Influencer marketing really does work, and you don’t need to convince marketers anymore. The problem that the brands face may be choosing the right creators. Internet celebrities have surrounded social media and we have already got used to the fact that they can advertise anything. However, the world is going forward, and there are influencers on the web who… do not exist in the real world. I am talking about virtual influencers – products of artificial intelligence or robots that gather their communities and have a real impact on them. Are brands willing to collaborate with these artificial creators and will they replace real influencers?
These are usually robots or avatars that have been created as a project undertaking various commercial collaborations through its own social media profile – just like real influencers. They have charisma, personality, and perfect looks, although in reality we will never meet them on the street, and we will not have the opportunity to talk to them face to face. Virtual influencers are a relatively new phenomenon, but their creations and appearance are becoming more and more refined, which may mislead some recipients and they may think that they are dealing with a real person. They are very programmed to appear as real people. Graphic designers and programmers create them using software such as Maya, Cinema 4d, Houdini, Blender, Photoshop or Lightroom.
If we look at it objectively, the characters of virtual influencers are managed in a thoughtful way, and their creation responds to the current needs of the brand they work with. These may be independent projects that will advertise various companies, but in. In recent months several virtual influencers created for a specific brand have already been created (e.g. Colonel Sanders KFC). From the viewer’s point of view, these virtual creations are a breath of fresh air, because no one is hiding from the world of information for what purpose that kind of character was created. In the case of human influencers, it is a difference in terms of authenticity and transparency – there are often situations when the creator is inconsistent in terms of image and advertises everything, regardless of the declared values.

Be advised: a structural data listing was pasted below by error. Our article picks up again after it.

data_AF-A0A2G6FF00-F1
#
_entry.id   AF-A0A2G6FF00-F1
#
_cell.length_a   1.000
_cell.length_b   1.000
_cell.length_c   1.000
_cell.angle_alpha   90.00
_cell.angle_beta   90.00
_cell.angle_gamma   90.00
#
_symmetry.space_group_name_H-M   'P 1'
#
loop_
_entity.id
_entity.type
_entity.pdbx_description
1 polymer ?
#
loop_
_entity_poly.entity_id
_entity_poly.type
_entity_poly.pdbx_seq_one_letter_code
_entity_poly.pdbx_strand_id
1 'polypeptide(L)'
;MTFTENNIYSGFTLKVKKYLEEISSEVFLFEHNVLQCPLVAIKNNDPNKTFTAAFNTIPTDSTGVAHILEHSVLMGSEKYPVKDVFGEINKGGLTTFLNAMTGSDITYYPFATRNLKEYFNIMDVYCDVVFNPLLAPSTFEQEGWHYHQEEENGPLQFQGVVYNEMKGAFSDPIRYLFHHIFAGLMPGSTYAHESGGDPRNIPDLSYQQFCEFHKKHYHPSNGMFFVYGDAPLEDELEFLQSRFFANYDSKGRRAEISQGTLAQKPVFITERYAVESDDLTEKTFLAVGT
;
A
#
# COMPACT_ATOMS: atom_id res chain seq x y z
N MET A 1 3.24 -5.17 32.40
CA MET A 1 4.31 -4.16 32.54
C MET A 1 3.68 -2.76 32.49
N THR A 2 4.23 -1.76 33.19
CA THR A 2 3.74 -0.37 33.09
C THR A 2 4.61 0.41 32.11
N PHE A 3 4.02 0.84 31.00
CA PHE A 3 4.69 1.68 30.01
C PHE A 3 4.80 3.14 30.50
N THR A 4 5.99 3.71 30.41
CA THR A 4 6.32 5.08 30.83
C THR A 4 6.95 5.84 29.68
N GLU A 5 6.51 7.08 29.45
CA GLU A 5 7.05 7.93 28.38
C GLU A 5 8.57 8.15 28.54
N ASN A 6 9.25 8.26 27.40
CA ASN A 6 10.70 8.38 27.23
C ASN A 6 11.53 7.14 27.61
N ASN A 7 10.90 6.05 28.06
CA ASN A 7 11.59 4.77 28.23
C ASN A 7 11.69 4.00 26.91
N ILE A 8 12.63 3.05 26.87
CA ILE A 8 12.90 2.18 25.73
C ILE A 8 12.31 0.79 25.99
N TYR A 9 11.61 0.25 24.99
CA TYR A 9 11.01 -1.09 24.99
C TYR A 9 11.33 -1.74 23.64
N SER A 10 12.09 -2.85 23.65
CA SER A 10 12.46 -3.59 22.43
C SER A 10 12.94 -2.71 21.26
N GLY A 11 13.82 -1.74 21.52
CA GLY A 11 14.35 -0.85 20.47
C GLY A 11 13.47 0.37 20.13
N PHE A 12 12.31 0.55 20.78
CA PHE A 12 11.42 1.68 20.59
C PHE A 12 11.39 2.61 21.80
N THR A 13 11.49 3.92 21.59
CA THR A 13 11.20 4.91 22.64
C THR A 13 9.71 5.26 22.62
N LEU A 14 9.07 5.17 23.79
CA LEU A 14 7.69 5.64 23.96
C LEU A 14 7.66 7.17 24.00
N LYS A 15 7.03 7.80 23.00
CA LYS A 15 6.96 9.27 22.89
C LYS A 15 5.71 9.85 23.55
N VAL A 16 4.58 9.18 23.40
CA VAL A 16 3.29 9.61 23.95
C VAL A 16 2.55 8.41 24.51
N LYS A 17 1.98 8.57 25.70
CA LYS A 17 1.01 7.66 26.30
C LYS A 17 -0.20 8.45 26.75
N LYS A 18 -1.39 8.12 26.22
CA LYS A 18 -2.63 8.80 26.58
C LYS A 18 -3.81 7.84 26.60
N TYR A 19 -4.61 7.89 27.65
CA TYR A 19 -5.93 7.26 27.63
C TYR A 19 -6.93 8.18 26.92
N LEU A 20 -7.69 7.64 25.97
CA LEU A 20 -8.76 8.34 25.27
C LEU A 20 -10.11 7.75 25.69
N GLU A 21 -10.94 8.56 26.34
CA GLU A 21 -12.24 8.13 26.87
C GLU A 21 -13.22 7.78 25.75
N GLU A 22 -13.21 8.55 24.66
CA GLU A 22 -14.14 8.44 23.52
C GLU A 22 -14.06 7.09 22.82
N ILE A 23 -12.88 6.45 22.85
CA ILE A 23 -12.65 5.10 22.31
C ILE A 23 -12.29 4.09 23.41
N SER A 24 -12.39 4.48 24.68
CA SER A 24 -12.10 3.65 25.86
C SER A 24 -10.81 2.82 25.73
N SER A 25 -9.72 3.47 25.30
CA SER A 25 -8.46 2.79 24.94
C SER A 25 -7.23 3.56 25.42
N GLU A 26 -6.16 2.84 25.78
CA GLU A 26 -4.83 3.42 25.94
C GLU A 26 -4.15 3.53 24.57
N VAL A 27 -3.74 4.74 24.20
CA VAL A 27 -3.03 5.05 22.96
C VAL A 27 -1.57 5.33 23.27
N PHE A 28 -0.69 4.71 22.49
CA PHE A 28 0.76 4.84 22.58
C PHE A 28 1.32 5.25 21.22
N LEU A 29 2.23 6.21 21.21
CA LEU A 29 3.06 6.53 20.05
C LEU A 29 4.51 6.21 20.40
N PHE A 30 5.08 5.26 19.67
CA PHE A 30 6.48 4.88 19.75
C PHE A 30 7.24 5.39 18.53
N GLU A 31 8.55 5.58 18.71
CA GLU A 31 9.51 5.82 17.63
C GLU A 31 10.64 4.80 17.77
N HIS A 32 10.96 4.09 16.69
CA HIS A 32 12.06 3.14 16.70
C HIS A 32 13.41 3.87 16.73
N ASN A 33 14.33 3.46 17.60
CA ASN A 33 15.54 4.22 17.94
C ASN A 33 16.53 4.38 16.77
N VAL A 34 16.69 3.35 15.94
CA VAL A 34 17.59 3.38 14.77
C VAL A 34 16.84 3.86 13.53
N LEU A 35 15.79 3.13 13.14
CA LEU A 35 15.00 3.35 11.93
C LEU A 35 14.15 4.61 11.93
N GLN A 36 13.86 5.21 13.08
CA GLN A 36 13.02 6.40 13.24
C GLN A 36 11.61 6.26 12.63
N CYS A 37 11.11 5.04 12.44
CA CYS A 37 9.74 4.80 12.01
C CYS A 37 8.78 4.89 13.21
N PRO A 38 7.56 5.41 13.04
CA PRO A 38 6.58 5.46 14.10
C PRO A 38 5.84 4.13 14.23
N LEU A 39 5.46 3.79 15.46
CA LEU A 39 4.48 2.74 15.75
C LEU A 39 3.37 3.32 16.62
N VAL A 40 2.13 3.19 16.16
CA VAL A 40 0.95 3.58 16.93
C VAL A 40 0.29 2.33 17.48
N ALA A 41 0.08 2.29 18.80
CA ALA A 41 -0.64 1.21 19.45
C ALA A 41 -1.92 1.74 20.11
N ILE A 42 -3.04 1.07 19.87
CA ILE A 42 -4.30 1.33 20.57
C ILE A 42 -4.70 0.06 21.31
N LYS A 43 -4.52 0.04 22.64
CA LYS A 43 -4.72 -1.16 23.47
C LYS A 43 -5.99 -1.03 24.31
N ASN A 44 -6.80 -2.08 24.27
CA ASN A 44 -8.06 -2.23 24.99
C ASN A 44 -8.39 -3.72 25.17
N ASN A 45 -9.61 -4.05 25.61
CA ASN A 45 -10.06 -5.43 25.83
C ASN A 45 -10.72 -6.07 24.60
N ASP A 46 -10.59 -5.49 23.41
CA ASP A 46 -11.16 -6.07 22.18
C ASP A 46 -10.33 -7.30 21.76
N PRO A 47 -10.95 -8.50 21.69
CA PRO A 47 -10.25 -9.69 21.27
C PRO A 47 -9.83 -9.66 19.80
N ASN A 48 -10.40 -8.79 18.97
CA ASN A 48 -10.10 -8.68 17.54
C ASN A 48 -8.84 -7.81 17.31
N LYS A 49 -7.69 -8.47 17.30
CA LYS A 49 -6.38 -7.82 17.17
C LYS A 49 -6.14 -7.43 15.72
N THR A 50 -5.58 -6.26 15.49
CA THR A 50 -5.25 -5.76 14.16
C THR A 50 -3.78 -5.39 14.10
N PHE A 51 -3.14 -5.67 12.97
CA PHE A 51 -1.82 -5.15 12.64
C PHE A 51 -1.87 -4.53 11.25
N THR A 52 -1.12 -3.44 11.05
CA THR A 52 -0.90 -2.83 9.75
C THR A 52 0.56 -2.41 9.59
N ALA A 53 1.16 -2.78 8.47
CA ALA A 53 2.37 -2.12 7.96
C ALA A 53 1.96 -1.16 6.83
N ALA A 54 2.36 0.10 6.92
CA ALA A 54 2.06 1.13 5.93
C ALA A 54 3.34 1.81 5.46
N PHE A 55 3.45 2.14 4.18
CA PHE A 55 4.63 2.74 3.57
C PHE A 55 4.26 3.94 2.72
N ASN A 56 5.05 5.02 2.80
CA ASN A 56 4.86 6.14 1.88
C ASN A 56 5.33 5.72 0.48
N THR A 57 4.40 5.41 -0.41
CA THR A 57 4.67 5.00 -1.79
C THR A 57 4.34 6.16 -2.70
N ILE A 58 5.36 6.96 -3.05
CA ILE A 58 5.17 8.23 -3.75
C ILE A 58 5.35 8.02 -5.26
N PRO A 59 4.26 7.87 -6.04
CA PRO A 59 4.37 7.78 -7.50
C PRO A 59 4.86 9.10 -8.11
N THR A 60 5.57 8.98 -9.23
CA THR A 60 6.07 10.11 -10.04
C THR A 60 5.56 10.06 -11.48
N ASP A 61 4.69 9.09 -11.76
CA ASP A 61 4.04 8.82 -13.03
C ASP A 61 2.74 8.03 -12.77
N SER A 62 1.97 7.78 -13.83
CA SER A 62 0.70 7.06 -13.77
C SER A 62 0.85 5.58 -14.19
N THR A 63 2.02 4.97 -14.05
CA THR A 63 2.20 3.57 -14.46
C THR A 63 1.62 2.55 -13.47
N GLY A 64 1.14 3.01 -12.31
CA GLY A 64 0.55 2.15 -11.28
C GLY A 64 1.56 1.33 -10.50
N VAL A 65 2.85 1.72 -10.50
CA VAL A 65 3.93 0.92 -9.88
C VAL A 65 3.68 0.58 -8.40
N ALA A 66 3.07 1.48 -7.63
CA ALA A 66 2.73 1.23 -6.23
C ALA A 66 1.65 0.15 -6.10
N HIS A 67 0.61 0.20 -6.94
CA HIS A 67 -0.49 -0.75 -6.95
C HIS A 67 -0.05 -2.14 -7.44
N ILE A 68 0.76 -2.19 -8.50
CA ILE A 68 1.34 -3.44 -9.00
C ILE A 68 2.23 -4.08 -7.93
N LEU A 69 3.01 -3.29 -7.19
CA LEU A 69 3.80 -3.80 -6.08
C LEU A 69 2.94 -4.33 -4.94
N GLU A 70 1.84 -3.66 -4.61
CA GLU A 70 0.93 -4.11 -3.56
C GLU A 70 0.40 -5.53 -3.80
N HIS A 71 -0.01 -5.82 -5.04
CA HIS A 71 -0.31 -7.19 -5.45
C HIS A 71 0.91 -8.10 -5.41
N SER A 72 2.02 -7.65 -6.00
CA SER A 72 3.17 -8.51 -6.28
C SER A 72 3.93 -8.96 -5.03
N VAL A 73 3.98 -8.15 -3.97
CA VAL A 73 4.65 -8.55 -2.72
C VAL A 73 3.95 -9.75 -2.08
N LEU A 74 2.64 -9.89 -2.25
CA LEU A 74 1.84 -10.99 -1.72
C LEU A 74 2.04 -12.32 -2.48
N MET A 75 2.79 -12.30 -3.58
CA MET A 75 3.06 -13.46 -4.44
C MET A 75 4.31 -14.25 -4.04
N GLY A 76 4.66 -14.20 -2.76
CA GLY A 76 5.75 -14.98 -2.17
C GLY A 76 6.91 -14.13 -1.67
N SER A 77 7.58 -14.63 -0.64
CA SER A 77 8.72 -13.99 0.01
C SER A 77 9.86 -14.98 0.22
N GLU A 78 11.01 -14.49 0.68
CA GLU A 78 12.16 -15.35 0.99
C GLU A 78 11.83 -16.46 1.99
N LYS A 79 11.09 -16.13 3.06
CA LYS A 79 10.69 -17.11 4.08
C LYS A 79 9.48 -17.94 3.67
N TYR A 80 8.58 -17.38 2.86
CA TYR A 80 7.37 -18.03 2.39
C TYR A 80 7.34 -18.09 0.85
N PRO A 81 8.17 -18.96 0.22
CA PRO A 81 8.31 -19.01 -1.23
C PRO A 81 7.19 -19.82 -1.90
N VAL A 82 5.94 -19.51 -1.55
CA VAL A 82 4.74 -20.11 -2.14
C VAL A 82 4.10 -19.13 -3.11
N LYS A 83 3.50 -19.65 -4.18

In line with the trend, on the one hand brands want web creators to be more human. And on the other hand, they invest in virtual influencers who are less artificial than real-life ones. One of the first virtual influencers is Lil Miquela, who was the product of a mysterious start-up called Brud (after 5 years of existence, the company is worth 135 million dollars). Miquela Sousa is a pop star, one of the 25 most influential people on the internet according to Times and is not a real human but a robot. She has over 3 million followers on Instagram and so far, she has cooperated with, among others, Samsung, Prada, Givenchy, Bershka and Dior. Additionally, during Coachella, she interviewed artists on YouTube. If we want to work with Miquela, we must prepare for an expense of $8,500 for an Instagram post.
However, although Miquela has been online for the longest time, Magazineluiza was the most popular virtual influencer on Instagram in 2020. Lu, because that’s her real name, presents herself as a digital specialist and content creator of the Brazilian company Magalu. It is a chain of multi-brach stores that offers a variety of products. Lu is the face of the brand and uses her own channels on the Internet to promote, review and give tips about the products you can buy on Magalu. Due to the locality of the brand, influencer is known mainly in Brazil, but that did not prevent her from gathering over 5.3 million followers on Instagram and about 2.5 million fans on YouTube and Tiktok.